Managing bipolar is tough since we all have our own set of triggers that throw us off. After 17 years of living with bipolar, I’ve become good at understanding what triggers my manic episodes. For example, factors like stress, anxiety, and personal struggles like a life-changing event can set off a manic episode. During the last 7 years, I became fascinated with understanding how the mind works in managing triggers. I’ve learned it’s all about the way you view a situation or a life-changing event. By practicing mind over matter, something that would have bothered me before no longer has the same effect.
A quick post to encourage all of you to hit the gym because the benefits cannot be underestimated. If you do a quick search in Google, you’ll find articles on the relationship between bipolar and exercise. Research and studies conclude that exercise is an anti-depressant in itself. Exercising on a regular basis will release natural pain killers called endorphins. These play a major role in elevating your mood and reducing triggers caused from negative thinking or anxiety. If you’ve been reading my previous content, then you know how I’ve stated several times that stress, anxiety, and negative thinking over time can trigger an episode. Endorphins released through exercise can be attributed to lowering stress and anxiety as well as combat negative thinking.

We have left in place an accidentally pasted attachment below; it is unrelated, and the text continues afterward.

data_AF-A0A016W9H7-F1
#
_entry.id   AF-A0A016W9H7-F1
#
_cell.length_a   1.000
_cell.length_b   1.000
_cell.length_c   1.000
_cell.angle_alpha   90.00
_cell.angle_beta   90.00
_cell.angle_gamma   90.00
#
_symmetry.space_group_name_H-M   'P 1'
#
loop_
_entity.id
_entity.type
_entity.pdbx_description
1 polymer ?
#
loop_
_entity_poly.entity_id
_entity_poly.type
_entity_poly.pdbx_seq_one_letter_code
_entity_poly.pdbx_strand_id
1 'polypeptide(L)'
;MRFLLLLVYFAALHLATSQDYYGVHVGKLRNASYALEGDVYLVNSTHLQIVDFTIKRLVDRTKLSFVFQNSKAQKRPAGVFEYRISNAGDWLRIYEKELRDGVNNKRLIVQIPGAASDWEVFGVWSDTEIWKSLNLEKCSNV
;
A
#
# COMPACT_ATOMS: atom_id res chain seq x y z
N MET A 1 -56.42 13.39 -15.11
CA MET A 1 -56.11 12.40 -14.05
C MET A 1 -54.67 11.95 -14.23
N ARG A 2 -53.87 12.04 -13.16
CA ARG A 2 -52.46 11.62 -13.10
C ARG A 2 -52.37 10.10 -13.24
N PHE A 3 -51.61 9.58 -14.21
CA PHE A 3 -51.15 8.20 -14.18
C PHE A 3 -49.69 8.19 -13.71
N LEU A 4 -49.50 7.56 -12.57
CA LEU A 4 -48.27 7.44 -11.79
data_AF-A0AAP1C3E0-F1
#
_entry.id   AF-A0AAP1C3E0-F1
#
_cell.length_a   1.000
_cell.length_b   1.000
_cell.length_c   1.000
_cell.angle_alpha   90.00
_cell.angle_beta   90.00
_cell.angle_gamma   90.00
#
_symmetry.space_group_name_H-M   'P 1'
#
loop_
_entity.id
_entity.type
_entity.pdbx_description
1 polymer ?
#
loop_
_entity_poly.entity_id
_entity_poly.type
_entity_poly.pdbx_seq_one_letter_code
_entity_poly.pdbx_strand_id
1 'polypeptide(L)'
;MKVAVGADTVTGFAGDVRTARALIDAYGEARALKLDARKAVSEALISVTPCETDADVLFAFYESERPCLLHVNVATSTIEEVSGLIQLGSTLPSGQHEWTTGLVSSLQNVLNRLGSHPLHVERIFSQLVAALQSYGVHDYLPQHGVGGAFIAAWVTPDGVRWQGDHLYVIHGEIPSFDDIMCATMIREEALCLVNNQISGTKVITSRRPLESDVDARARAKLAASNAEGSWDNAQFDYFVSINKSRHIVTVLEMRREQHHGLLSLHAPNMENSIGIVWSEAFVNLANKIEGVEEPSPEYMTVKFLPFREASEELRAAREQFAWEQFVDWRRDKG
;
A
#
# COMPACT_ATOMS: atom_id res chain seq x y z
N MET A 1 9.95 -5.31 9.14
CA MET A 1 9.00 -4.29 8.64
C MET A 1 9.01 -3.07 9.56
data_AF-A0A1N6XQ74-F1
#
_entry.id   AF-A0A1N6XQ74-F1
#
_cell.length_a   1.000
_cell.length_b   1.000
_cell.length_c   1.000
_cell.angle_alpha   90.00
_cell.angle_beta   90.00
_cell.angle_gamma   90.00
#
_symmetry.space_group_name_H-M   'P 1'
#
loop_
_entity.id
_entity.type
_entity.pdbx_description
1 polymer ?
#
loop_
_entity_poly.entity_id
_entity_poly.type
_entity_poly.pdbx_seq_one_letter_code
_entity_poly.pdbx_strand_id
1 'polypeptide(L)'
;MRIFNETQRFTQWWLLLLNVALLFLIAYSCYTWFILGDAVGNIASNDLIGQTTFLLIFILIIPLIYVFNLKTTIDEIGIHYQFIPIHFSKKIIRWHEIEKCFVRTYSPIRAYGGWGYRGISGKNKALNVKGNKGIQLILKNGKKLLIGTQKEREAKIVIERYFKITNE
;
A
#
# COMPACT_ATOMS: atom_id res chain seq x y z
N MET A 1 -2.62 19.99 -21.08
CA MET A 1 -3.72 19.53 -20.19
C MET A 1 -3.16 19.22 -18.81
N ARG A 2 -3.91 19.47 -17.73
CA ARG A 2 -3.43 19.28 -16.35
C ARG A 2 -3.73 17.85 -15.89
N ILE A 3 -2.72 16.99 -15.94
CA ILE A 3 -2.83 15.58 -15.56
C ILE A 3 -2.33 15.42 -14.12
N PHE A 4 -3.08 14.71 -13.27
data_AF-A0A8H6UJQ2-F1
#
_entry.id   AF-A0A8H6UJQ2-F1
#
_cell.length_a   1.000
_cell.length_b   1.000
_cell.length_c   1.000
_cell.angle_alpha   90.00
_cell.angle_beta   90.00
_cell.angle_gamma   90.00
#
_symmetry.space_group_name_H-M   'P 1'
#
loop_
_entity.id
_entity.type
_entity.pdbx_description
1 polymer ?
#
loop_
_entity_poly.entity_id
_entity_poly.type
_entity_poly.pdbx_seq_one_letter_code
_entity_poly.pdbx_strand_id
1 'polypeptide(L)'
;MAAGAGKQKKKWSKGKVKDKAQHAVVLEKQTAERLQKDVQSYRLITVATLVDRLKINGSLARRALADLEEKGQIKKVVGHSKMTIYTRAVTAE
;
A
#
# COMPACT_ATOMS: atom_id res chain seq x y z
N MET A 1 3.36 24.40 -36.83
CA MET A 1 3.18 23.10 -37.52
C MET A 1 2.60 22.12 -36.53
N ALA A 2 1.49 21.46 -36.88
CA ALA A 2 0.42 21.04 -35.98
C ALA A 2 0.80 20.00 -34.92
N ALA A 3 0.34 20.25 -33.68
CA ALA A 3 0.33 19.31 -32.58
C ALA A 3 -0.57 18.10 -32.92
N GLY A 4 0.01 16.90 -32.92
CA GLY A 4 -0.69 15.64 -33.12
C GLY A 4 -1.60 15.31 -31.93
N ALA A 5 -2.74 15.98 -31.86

The power of positive thinking cannot be underestimated. Over the years, I’ve connected with a lot of people who successfully managed their bipolar by switching their approach to situations. I believe everything comes down to the following – the power of negative and positive thinking. But, it’s important to mention both have a huge impact on your life in distinct ways.
When I started to practice “the power of positive thinking”, I noticed it was important to break down thought processes. For example, internalizing the power of positive thinking (in the beginning) should be an approach taken systematically. That’s one of the best ways to really understand how and what you should be doing when put in a negative situation.
Why is this important when managing bipolar?